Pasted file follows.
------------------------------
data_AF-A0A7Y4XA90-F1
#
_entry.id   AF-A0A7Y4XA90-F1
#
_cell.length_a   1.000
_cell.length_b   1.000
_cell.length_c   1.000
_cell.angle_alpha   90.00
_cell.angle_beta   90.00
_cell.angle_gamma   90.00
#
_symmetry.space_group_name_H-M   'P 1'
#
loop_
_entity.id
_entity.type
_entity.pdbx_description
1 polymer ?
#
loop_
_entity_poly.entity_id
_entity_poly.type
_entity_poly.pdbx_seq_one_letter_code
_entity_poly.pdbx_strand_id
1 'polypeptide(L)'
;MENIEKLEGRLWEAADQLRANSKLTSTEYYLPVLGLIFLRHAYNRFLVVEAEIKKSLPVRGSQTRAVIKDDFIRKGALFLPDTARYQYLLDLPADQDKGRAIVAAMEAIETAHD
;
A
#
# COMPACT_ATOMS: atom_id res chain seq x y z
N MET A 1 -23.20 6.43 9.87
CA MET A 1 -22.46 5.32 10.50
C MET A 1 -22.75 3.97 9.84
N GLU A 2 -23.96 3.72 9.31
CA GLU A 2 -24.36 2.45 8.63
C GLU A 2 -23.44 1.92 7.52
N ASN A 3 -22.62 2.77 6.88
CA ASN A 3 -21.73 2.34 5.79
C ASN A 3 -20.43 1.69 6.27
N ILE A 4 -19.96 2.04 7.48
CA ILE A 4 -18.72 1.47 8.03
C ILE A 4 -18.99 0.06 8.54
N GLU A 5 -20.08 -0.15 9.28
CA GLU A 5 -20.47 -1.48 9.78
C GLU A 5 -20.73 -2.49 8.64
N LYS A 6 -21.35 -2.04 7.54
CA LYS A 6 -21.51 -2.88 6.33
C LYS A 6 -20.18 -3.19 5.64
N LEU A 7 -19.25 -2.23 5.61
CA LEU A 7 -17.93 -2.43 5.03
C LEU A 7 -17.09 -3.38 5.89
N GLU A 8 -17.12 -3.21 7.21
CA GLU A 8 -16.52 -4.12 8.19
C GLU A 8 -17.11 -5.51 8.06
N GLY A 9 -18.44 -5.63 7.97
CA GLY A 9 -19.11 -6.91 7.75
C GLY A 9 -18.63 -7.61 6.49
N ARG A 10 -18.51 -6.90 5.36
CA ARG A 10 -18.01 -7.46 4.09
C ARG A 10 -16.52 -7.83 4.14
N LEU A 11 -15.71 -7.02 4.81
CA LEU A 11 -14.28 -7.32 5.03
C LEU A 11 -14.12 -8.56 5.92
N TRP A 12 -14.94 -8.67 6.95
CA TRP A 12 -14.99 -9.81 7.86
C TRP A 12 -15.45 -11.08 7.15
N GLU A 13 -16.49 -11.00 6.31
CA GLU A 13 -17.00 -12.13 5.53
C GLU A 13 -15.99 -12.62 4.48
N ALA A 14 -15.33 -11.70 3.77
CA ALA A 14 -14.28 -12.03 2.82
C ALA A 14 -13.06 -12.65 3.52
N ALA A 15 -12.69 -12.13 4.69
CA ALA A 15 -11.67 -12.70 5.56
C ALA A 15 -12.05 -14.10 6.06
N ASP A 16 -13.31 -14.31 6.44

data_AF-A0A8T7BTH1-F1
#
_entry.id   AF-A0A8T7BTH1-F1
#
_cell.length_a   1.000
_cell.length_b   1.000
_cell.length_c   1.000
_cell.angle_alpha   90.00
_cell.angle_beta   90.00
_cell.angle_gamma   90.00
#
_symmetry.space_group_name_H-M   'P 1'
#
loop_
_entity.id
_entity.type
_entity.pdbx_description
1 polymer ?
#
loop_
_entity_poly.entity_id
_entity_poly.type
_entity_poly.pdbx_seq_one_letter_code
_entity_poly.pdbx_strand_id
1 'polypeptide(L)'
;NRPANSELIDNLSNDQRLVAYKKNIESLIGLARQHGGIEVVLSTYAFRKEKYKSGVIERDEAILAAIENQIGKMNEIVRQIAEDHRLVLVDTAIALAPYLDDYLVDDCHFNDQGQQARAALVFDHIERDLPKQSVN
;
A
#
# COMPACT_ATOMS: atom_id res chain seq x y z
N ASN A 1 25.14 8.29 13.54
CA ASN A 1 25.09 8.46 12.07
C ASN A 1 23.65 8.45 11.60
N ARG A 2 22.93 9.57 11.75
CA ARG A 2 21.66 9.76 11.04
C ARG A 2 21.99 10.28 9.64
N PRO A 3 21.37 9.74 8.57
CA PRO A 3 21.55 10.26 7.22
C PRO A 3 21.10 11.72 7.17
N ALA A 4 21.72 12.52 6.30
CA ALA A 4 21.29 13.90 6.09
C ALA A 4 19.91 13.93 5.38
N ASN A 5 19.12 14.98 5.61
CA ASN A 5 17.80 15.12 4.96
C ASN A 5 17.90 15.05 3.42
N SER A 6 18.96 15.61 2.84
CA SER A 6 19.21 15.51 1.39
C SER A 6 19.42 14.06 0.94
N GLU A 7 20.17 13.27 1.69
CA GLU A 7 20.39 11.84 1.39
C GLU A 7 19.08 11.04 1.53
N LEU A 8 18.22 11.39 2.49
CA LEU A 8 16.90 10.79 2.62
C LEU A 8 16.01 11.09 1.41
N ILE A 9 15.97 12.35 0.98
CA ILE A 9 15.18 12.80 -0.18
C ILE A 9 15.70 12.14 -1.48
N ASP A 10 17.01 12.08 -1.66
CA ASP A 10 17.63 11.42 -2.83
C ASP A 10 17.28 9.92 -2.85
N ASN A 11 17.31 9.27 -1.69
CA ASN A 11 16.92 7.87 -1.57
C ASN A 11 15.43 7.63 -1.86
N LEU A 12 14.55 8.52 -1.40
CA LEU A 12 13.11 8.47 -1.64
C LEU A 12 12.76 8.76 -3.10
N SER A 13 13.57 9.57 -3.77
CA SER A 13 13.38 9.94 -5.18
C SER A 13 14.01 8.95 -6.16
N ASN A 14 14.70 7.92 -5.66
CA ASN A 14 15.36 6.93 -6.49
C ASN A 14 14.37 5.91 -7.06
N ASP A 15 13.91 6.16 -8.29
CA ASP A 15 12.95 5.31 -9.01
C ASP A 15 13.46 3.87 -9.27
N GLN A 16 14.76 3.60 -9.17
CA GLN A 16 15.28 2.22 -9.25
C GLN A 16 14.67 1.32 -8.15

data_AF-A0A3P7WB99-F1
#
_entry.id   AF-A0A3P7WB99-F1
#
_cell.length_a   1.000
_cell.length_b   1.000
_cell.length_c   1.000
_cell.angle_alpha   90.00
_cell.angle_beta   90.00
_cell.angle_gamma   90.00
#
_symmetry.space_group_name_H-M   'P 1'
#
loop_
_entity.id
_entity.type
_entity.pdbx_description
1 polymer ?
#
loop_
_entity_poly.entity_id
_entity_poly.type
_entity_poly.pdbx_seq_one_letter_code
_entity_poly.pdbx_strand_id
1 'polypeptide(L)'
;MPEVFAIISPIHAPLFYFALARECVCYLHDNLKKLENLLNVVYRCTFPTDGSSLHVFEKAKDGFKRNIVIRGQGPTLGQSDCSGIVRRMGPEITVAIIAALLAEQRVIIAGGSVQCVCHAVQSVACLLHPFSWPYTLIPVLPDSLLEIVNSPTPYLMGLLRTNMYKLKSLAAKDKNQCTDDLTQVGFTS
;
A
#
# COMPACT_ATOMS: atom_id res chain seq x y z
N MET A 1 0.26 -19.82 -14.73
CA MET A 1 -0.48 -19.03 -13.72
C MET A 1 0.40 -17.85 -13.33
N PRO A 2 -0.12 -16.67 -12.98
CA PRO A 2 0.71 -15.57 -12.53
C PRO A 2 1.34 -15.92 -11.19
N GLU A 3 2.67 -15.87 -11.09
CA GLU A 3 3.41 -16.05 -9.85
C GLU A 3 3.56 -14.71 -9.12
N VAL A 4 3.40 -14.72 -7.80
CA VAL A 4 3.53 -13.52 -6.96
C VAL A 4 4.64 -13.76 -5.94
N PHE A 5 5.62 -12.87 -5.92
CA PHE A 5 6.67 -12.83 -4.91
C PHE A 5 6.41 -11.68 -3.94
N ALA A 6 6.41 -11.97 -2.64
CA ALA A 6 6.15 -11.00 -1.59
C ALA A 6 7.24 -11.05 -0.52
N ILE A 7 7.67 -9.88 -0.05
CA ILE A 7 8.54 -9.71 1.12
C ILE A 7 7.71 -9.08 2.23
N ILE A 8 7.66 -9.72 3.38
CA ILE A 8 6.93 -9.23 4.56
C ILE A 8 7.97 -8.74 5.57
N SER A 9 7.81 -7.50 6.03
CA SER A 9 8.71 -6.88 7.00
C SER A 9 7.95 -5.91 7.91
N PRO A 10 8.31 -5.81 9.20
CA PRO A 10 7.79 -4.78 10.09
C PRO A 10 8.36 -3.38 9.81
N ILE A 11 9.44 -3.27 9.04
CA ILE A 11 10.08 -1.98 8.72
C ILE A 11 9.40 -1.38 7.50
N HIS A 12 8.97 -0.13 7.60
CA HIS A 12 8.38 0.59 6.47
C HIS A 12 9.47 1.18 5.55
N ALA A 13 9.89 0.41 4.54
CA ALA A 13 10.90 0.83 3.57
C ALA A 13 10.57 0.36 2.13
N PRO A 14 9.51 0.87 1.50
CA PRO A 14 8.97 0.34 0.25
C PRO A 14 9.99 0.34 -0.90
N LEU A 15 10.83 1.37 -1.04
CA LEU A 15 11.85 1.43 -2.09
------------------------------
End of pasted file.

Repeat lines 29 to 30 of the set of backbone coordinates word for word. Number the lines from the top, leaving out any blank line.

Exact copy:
#
# COMPACT_ATOMS: atom_id res chain seq x y z